Iceland does not only boast a range of very diverse landscapes, all spectacular in their own way, but it also makes for a paradise for all hikers and outdoor lovers alike, from famous trails and treasured National Parks to more remote locations. At Hey Iceland, we are about to launch our exciting latest project, one that we believe will complement our current product range and be very helpful on your next Icelandic adventure. Until then, let’s prepare and make ourselves ready for a successful hiking trip to Iceland.
Gather information about the hiking terrain
Failing to plan is planning to fail.
Regardless of whether you are hopping on a day hike or a multi-day trek, take advantage of the time remaining before your trip to build your travel plan. Arm yourself with a detailed hiking map to download in your device or use a hiking app before you head out into the untouched landscapes of Iceland.
Best-practice route plans should include:
- Day trips
- Distance to hike each day
- Estimated hiking times
- Elevations details
- Accommodation information
- Contingency plan just in case
Also don’t aim too high and plan reasonable distances each day, in accordance with your hiking experience and capabilities, and physical condition at the time of the hike. A reasonable pace for most hikers would be around 3,5 kilometers per hour.
Keep track of the weather conditions
When in doubt, abstain.
Average Seasonal Conditions
The second step of planning is to gather information about the average seasonal conditions. Just as you would keep an eye day after day on road conditions, consider key metrics such as average temperature, sunshine duration, precipitation and wind forecast. For a complete picture, we recommend you visit the website vedur.is, the Icelandic Meteorological Office.
Iceland does not fall in the category of warm places – and hopefully will never, but the push of the warm Gulf Stream results in rather moderate temperatures all year round. In the Summer, it is usually a bit warmer in the North and the East, while in winter, these regions easily get the highest amounts of snow, along with the Westfjords.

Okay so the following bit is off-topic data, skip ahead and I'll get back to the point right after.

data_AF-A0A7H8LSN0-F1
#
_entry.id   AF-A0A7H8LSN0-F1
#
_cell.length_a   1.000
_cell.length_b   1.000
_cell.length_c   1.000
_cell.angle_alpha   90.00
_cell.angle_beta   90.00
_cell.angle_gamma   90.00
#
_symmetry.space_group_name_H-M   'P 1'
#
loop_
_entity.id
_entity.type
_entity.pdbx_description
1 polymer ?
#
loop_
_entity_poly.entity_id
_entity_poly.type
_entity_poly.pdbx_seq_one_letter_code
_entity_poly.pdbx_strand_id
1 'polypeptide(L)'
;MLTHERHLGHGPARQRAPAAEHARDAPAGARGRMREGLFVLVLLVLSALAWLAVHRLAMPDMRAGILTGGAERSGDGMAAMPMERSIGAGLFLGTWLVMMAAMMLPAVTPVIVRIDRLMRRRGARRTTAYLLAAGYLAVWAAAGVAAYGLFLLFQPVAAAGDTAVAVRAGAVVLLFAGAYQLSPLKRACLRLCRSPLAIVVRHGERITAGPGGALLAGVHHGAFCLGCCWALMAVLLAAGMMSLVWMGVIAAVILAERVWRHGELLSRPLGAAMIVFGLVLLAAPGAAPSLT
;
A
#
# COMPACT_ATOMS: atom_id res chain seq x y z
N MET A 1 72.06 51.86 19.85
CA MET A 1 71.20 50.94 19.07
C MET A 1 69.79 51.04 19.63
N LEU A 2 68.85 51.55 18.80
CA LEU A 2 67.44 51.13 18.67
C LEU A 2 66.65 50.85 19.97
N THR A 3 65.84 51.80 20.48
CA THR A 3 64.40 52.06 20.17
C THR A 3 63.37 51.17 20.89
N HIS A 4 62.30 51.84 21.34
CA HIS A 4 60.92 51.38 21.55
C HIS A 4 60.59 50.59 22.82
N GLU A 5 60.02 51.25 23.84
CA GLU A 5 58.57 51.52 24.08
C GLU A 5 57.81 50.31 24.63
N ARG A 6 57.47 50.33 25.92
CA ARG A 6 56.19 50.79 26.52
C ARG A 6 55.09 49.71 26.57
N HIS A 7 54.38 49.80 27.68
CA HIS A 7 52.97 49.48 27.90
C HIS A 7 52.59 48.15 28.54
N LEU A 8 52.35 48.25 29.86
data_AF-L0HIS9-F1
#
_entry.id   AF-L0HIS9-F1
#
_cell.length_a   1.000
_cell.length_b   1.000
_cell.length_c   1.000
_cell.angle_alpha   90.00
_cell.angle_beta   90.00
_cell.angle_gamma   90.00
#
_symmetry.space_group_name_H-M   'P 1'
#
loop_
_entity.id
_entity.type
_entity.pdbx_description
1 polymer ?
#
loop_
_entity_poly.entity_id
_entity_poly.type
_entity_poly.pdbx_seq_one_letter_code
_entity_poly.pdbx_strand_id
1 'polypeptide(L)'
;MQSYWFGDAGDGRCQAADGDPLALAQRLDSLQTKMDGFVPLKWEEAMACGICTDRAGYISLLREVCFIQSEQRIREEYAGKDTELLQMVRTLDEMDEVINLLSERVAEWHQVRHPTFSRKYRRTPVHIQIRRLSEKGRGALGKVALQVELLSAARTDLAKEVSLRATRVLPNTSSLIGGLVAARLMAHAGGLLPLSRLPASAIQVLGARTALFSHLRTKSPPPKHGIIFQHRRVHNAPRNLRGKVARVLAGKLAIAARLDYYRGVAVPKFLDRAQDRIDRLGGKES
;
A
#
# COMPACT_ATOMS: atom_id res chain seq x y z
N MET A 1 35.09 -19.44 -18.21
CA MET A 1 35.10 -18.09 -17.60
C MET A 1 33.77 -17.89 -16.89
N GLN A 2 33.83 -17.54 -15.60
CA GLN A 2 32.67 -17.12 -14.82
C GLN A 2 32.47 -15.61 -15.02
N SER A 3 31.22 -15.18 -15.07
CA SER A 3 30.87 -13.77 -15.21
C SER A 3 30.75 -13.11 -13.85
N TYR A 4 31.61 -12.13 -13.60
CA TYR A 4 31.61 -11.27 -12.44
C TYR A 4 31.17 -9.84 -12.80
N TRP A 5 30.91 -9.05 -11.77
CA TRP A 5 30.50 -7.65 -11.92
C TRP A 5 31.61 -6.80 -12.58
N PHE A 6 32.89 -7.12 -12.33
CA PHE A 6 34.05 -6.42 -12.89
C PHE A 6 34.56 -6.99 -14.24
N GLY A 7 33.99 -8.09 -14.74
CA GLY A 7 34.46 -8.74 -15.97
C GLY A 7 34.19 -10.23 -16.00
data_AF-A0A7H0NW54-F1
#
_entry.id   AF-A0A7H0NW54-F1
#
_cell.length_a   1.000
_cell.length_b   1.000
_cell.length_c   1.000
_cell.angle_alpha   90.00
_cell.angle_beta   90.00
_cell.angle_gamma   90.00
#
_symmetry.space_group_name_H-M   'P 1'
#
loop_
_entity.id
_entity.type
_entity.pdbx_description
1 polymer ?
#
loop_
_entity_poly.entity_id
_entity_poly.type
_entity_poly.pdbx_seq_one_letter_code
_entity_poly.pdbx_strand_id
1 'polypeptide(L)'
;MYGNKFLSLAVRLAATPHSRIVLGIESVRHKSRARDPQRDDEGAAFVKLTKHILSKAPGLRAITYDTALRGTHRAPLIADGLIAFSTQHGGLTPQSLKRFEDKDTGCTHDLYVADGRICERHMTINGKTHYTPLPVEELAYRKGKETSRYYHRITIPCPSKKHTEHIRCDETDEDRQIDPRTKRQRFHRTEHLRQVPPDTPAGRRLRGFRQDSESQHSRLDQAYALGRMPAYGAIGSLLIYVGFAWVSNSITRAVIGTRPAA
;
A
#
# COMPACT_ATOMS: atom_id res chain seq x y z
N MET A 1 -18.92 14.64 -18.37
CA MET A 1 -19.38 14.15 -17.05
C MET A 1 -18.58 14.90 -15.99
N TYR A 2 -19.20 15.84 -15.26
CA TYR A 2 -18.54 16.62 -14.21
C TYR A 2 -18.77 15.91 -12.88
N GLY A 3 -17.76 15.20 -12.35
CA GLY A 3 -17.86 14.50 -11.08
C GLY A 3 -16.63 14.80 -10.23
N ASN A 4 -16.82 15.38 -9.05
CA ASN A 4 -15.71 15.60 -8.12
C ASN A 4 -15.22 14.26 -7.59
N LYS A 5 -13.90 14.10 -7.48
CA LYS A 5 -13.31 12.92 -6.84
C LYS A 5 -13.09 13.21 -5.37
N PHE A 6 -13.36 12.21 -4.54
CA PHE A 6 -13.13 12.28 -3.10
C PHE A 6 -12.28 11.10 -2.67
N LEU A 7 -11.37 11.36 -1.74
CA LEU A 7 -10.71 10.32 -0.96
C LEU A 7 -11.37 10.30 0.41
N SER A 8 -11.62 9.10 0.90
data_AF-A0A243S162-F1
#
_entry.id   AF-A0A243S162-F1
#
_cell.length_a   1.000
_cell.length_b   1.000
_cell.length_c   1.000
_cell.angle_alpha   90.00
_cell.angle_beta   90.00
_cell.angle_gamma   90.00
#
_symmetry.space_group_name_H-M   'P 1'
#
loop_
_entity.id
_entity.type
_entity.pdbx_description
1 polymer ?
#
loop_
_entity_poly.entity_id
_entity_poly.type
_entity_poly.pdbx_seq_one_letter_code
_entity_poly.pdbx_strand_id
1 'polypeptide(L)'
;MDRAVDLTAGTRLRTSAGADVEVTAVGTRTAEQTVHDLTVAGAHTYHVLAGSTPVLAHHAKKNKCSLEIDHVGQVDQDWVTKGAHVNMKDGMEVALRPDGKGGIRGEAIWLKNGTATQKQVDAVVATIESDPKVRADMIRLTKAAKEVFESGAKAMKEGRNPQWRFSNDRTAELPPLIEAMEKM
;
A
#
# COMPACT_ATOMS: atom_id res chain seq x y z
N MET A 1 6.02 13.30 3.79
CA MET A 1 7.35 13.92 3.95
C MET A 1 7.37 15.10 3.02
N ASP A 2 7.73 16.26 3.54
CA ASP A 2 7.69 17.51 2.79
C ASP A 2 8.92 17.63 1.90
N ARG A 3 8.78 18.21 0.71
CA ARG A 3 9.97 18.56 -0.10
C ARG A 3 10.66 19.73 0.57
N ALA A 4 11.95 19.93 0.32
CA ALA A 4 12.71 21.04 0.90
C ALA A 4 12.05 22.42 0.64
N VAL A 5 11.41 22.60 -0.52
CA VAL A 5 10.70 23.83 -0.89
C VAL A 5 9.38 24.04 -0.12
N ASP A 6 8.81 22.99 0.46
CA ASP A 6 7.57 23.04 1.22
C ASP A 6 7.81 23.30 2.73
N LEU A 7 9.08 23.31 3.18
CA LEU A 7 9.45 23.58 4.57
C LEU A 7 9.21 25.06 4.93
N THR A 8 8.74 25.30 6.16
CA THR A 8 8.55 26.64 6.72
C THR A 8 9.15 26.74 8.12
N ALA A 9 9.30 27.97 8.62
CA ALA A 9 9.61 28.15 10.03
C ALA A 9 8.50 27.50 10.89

Average Temperature and Precipitation per month in Iceland - © WMO
Note that the difficulty level of a trail can considerably fluctuate with the weather and the season. Hiking in winter in Iceland is possible but requires extreme care and appropriate safety precautions, in terms of equipment and upstream preparation. Also good to keep in mind that even though a trail is marked, visibility can get so poor that it becomes impossible to see from one stick to another.
Due to Iceland’s proximity to the Arctic, the day length is another key factor to consider for outdoor recreation. From May to July, hikers can enjoy the longest hikes during the bright Summer nights and experience the Midnight Sun, when Iceland turns into an enchanting sleepless country.
On the other hand, winter hikers should carefully consider the short day length and plan their route accordingly, as the sun rises around 11am and barely gets over the horizon before it sets just four hours later. Darkness comes much faster than one could think. There again, we observe significant variations between the North and the South, so always ensure that your hiking plans are consistent with the amount of effective daylight you can expect.
And remember, darkness might deprive you of long hikes but it is often alleviated by the otherworldly Northern Lights :)
Dress accordingly and pack the right equipment
You need special shoes for hiking, and a bit of a special soul as well.